The Coen Brothers direct Gabriel Byrne, Albert Finney and Jon Polito in this gangster drama where Leo, the political influencer in a bootlegging town, finds himself at war with the Italians against the advice of his smarter, younger second, Tom.
Pre-teen Bobby Carroll. I was too young to unravel Miller’s Crossing when I rented it on video. I knew it was good… powerful and mythic… but I couldn’t fathom what I had just watched. Every exchange of dialogue felt like a puzzle, every scene tightwalked in tone between gritty, dense mystery and earthy dream sequence. You could tell the pastiche noir was about more than it was letting on, get lost in that period accurate lingo and see every twist and turn layed out in front of you like a never-ending deck of cards so you pretty early on could not keep up.
So I watched it again the next day before returning it to Selecta Video. Possibly missed church to wander around that distinct corkscrew verbiage and its “Mister Inside-Out-ski” narrative one more time. Even the Coen Brothers got bamboozled by all the threads they started here and at midway point of creating a first draft took a three week break to bang out the script for Barton Fink to clear their minds and steady their typewriting hands. You need obsessions like this when you are young. Films or book you explore until you know every shot, every word. Creatives you support like a football team or a flag. Miller’s Crossing and The Coen Brothers were mine. I listened to Carter Burwell’s mournful Irish lullaby of a score on repeat. I bought the screenplay and picked over the words. I even thought for a little while Gab Byrne was my favourite actor!
He’s wonderful here as the hollowed out soul who plays all the angles against each other. Smartest guy in the room but only just one thought or lie or scam ahead of the deadlier criminals who surround him. They don’t need to triple cross like him, they’ll just take you out into the forest and put one in the head. He spends much of the movie as a punching bag, eating boot or bleeding on the floor… the passion of the yegg. And the whole cast of shopworn faces is fantastic… Finney, Polito, John Turturro, Marcia Gay Harden, Steve Buscemi and J.E. Freeman all breathe life into their off-kilter stereotypes. They relish the old school bandiage and the hinge-like natures of their well attired hustlers and blowhards. Impeccably dressed and gloriously filmed through a haze of whisky soaked sepia by Barry Sonnenfeld. Who wouldn’t want to be playing in this? Every set-up you get your hands on a clanking revolver or a hellraising line! Every varnished surface and polished car looks fabulous. What a world to be invited into. A loving parody of the days of Bogart, Cagney and Robinson.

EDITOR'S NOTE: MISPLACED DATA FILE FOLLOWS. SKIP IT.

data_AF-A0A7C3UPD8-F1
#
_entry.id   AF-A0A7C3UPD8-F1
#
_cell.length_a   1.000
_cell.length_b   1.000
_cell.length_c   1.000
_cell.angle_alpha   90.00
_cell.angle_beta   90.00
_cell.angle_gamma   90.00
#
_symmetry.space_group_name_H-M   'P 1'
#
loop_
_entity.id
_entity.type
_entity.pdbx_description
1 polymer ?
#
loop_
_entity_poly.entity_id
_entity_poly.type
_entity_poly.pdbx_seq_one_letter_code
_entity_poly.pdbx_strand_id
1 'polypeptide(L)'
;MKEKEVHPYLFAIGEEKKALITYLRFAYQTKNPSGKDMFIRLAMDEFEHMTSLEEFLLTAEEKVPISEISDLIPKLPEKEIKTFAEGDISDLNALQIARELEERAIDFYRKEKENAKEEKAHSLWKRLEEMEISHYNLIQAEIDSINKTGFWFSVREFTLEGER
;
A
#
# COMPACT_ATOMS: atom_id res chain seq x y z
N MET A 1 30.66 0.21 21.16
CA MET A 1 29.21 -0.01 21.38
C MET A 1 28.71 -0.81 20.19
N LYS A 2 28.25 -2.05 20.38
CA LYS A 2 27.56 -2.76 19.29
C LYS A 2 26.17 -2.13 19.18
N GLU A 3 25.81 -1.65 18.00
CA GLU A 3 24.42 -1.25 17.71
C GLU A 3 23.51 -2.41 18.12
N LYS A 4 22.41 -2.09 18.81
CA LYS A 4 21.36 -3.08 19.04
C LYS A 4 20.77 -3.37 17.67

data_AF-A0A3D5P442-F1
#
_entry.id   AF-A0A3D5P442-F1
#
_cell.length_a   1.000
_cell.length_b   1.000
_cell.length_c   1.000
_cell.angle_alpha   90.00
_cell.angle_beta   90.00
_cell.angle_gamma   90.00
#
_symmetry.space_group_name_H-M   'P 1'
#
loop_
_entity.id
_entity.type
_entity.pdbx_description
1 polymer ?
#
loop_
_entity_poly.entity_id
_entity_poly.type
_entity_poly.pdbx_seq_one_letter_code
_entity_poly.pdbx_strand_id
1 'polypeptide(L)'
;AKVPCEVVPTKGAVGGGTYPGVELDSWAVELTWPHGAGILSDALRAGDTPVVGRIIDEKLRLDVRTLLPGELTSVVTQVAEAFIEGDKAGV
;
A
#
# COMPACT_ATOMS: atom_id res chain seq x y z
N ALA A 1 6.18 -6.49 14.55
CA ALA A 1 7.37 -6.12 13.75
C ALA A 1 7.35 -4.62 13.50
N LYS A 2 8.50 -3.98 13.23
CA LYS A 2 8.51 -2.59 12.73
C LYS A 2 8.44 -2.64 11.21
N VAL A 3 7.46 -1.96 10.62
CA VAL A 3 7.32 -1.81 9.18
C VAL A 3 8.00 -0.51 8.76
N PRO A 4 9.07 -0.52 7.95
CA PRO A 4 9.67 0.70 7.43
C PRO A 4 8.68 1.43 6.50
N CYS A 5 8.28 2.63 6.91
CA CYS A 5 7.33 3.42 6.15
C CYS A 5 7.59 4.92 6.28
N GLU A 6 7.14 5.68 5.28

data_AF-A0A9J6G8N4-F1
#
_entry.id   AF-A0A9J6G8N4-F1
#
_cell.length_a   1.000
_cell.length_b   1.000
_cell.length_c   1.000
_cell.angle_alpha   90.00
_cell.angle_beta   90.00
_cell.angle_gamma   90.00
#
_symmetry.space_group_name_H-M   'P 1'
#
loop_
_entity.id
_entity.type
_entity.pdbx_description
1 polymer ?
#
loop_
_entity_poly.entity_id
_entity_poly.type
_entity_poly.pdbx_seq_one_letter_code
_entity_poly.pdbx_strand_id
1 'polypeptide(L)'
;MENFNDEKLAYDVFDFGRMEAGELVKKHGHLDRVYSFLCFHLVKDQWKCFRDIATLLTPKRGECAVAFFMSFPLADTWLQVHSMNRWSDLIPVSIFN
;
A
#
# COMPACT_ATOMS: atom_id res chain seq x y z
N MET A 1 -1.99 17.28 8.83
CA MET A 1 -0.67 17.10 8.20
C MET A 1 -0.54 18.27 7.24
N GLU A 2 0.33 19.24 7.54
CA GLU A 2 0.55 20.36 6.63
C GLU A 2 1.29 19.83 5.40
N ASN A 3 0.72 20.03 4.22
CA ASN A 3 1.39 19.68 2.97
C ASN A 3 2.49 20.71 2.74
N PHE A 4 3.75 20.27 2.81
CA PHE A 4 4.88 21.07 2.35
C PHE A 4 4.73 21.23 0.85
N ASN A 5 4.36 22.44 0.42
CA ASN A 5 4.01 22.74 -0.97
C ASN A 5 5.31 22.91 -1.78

For a film where the talk does a lot of the walk, there are half a dozen eruptions of perfectly orchestrated action too. Finney’s Leo survives a hit through a good sense of smell and some artistry with a Tommy Gun to the strains of Danny Boy. You can see the meticulously planned storyboards come to life. The Coens design their violence like domino rallies allowing chaos and unpredictability to enter what would in other, lesser films just be a loud exchange of bullets. A bar being obliterated in a hail of lead takes on balletic grace under their playful yet dictatorial hands. Their violence is lethal yet slapsticky, cartoonish only in that you chuckle at the neat nastiness unleashed by the human puppets they pull around gracefully and determinedly.
So dozens on dozens of watches later… have I figured what Miller’s Crossing is all about? What does the metaphorical hat blowing in the wind mean? Why did my brain latch on to it so fanatically? It is no longer my favourite film but will always live beloved in my top 10. Is it about friendship lost? I’d like to think so. But as you experience more of the world you can’t discount the queer reading too. Maybe it is all about heart. Heart making the man. Byrne’s sharp, cold Tom is often told how heartless he is… the intellectual in a world of violent men driven by emotional swings. When his best friend Leo walks away through the woods at the end, matching the dream shot of his fedora blowing away, his last truly human relationship is disappearing off screen. What is Tom without the trust and love of his friend? A mouth nobody listens to. A gun for hire who avoids killing. A man who held himself to a higher standard who now has blood on his hands. Jon Polito’s snarling Jonny Caspar starts the film telling us its about “loyalty! Ethics!”. What is Tom now he has neither and no one?
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We also do a podcast together called The Worst Movies We Own. It is available on Spotify or here https://letterboxd.com/bobbycarroll/list/the-worst-movies-we-own-podcast-ranking-and/